Top UN officials arrive in Niger to draw attention humanitarian crisis

Mothers waiting to have their children assessed and weighed at the Bargadja theraputic feeding centre in Niger's Maradai Region. Photo: WFP/Phil Behan

16 February 2012 – Two senior United Nations officials arrived in Niger today in an effort to draw the world’s attention to the worsening food shortages in the country and the wider Sahel region of West Africa where millions of people are in need of assistance due to poor harvests caused by recurring drought.

The joint mission by Valerie Amos, Under-Secretary-General for Humanitarian Affairs, and Helen Clark, the Administrator of the UN Development Programme (UNDP), is intended to lay the foundation for an integrated regional response approach that will involve emergency and development initiatives to build people’s resilience to climatic and environmental shocks.

A third of Niger’s population suffers from food insecurity and 330,000 children under the age of five are at risk of severe acute malnutrition because of last year’s poor harvest and high food prices. More than one million children under the age of five in the entire region are at risk of malnutrition.

“We know what is coming, and we know what to do to save lives,” said Ms. Amos, who is also the UN Emergency Relief Coordinator. “While we cannot stop this crisis from taking place, we are taking steps to avert a catastrophe.

“Across the Sahel region, international agencies have called for more than $724 million to support national efforts to respond to the crisis. To date, donors have provided $135 million, and relief activities have already begun. But we need more resources now to prevent a large-scale crisis,” she said.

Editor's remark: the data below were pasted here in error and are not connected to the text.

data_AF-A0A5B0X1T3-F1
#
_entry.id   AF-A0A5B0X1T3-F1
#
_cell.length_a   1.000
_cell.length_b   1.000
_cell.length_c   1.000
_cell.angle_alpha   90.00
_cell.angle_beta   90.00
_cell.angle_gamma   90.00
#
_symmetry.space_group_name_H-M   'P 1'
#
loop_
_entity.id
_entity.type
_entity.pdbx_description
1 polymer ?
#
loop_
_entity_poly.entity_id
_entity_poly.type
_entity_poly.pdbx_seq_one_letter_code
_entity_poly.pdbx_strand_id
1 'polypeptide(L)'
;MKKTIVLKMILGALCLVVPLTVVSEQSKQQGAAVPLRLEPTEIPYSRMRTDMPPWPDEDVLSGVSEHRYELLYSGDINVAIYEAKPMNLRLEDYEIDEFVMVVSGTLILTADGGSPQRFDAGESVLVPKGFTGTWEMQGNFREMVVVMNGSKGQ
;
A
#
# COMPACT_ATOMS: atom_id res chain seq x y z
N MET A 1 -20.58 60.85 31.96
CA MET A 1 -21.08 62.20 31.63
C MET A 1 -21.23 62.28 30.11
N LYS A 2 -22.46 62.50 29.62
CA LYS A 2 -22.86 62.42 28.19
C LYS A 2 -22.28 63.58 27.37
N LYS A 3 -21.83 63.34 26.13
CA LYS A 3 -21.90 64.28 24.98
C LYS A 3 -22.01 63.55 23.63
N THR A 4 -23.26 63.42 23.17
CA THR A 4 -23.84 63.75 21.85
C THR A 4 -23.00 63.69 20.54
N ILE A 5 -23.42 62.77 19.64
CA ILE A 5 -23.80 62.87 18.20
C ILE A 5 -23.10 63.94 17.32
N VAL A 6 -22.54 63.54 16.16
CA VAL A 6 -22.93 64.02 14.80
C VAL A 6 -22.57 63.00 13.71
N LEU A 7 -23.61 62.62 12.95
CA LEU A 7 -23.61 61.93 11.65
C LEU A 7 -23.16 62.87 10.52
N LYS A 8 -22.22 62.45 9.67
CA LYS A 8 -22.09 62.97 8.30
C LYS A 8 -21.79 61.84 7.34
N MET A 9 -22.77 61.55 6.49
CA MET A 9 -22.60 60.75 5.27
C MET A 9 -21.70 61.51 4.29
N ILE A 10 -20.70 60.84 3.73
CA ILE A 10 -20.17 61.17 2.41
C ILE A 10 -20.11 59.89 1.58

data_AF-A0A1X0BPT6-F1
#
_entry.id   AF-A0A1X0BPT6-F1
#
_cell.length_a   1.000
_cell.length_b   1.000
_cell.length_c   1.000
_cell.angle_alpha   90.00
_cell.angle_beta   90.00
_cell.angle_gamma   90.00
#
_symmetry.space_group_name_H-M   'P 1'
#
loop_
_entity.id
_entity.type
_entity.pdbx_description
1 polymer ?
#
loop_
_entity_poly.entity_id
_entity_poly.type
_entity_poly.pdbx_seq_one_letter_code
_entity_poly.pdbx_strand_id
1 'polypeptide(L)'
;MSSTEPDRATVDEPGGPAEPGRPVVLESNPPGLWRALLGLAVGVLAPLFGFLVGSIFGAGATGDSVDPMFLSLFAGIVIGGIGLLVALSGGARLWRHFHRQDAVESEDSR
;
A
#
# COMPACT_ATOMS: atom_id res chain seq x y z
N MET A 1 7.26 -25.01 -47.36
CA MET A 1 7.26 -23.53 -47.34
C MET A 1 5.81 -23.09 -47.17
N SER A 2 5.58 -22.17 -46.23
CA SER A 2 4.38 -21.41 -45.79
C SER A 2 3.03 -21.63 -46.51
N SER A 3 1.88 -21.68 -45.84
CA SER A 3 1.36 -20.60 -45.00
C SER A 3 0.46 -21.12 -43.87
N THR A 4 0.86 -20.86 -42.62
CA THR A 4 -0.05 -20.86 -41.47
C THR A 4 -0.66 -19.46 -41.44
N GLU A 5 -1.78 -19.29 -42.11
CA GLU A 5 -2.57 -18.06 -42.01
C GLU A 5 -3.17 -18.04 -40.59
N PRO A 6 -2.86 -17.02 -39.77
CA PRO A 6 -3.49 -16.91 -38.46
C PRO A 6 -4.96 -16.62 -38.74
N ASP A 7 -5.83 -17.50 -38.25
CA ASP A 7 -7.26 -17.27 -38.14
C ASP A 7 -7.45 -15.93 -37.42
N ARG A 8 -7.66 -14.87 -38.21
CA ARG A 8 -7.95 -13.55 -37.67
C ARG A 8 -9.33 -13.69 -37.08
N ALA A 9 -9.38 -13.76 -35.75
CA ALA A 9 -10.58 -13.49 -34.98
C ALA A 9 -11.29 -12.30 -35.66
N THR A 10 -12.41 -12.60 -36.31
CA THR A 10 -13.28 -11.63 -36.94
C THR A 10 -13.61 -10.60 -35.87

Miss Clark stressed that immediate humanitarian response to the crisis in Niger must be followed up with support for programmes for the country’s long-term development to build its resilience to drought and break the cycle of recurring food shortages.

The UN officials met with Niger’s Prime Minister Brigi Rafini and key ministers working on food security. They also conferred with members of the UN country team and representatives of non-governmental organizations (NGOs).

Ms. Amos and Miss Clark will tomorrow travel to the south-western region of Tillabéry to see local projects that are promoting food security and tackling malnutrition. They are also scheduled to meet with President Mahamadou Issoufou and donor representatives.


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